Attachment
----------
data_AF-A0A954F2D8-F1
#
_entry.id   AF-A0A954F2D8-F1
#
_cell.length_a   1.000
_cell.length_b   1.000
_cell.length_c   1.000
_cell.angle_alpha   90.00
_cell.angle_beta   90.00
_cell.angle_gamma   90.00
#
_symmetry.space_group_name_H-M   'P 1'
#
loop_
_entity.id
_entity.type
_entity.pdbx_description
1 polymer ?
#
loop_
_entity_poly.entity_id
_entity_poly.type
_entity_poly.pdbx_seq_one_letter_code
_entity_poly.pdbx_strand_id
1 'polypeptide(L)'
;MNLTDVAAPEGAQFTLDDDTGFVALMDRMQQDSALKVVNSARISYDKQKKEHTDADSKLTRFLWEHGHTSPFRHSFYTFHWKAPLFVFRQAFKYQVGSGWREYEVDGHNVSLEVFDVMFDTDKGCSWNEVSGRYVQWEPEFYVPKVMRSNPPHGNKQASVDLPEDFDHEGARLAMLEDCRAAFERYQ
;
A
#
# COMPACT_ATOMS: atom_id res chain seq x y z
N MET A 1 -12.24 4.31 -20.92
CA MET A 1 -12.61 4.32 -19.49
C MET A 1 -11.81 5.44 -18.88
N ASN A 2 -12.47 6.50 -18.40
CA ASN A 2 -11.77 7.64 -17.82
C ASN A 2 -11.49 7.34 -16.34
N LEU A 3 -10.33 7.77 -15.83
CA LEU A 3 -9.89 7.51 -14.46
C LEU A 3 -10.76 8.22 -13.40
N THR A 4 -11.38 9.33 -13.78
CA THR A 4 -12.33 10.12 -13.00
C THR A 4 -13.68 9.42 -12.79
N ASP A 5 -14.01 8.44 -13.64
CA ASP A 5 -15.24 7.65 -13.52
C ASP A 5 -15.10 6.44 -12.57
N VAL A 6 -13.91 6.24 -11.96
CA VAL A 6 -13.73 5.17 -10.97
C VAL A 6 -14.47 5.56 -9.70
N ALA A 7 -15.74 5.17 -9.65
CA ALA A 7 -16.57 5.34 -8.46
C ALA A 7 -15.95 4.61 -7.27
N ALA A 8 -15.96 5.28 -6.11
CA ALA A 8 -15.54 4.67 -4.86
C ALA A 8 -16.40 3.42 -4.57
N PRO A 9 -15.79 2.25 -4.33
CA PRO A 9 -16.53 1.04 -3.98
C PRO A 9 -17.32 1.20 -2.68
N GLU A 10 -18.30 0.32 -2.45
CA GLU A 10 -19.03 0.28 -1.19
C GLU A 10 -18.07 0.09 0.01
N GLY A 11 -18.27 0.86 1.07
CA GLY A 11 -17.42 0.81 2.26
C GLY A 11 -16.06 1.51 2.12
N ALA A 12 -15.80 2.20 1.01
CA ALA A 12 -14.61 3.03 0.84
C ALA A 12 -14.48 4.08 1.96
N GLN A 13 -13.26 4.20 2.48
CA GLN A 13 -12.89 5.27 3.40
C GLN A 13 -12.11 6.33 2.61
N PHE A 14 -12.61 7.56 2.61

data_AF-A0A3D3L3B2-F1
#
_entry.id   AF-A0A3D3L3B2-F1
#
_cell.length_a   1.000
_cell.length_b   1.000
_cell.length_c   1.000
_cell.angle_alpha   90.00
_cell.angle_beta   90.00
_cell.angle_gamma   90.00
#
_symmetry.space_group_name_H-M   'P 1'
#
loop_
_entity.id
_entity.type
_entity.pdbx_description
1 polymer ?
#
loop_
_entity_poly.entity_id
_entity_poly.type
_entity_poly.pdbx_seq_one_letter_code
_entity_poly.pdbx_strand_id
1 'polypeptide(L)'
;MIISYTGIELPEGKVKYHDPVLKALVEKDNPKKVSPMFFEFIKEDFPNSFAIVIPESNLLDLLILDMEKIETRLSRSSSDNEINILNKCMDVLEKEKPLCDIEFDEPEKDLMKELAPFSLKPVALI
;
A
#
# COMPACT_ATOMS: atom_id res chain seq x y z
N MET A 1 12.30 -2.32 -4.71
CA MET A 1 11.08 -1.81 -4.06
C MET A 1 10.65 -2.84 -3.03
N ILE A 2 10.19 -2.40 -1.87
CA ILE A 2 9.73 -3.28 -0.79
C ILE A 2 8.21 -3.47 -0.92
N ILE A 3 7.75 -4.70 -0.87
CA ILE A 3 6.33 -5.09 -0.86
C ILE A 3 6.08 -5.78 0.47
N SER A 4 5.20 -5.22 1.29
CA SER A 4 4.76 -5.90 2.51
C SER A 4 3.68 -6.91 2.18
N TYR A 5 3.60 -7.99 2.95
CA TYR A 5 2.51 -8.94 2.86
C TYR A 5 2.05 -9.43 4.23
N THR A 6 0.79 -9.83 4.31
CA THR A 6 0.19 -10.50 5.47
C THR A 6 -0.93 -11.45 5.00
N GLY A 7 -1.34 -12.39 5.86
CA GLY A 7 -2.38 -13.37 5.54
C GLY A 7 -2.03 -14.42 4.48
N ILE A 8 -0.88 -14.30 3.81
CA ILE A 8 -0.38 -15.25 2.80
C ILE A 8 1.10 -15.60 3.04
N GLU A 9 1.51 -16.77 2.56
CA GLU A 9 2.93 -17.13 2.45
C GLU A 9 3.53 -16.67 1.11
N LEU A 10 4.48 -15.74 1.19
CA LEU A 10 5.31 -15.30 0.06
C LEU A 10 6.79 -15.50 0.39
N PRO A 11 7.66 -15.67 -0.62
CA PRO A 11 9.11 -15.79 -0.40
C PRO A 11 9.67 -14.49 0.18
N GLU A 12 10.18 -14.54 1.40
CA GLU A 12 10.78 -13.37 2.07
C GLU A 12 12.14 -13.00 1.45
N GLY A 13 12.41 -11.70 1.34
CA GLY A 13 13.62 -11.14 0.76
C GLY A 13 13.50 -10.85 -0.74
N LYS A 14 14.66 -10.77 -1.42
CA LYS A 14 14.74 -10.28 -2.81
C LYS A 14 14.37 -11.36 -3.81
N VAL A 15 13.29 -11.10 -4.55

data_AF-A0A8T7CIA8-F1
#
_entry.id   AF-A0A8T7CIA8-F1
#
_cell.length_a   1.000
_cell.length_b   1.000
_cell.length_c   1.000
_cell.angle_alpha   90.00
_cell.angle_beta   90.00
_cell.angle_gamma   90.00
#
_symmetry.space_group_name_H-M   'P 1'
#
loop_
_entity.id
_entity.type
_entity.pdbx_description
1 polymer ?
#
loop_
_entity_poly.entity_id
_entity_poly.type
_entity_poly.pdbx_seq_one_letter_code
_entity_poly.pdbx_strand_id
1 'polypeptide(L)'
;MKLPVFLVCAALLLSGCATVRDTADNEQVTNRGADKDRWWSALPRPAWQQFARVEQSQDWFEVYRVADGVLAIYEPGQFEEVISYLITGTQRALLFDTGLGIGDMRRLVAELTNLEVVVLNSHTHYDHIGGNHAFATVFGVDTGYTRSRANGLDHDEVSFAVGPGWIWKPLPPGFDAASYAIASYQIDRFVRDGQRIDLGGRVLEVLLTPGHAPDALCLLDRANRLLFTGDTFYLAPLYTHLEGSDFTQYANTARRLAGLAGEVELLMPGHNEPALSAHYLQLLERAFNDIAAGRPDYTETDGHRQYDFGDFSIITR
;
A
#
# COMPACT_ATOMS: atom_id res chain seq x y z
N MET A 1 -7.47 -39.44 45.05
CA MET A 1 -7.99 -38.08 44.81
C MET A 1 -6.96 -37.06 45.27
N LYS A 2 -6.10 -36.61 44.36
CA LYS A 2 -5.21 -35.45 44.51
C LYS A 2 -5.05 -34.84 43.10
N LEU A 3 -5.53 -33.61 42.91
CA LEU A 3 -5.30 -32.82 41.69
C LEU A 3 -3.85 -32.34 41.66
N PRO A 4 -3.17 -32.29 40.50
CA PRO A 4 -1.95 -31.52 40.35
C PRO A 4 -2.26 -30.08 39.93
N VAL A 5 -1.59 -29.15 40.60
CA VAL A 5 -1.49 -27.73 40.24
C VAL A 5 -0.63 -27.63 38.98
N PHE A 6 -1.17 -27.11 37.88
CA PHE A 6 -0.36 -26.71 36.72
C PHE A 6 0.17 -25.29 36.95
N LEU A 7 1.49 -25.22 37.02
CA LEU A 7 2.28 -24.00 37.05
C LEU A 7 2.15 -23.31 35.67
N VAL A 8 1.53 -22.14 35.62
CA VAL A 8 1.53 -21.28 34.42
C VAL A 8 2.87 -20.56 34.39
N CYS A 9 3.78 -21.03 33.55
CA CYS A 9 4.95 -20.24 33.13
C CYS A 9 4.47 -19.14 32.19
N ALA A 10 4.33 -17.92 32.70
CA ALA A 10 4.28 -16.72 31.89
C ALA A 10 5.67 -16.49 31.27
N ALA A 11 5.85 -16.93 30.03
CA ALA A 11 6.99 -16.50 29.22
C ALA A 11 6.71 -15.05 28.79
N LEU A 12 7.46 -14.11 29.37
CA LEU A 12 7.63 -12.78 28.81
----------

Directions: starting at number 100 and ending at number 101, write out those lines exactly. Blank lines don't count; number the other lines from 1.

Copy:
# COMPACT_ATOMS: atom_id res chain seq x y z
N MET A 1 12.30 -2.32 -4.71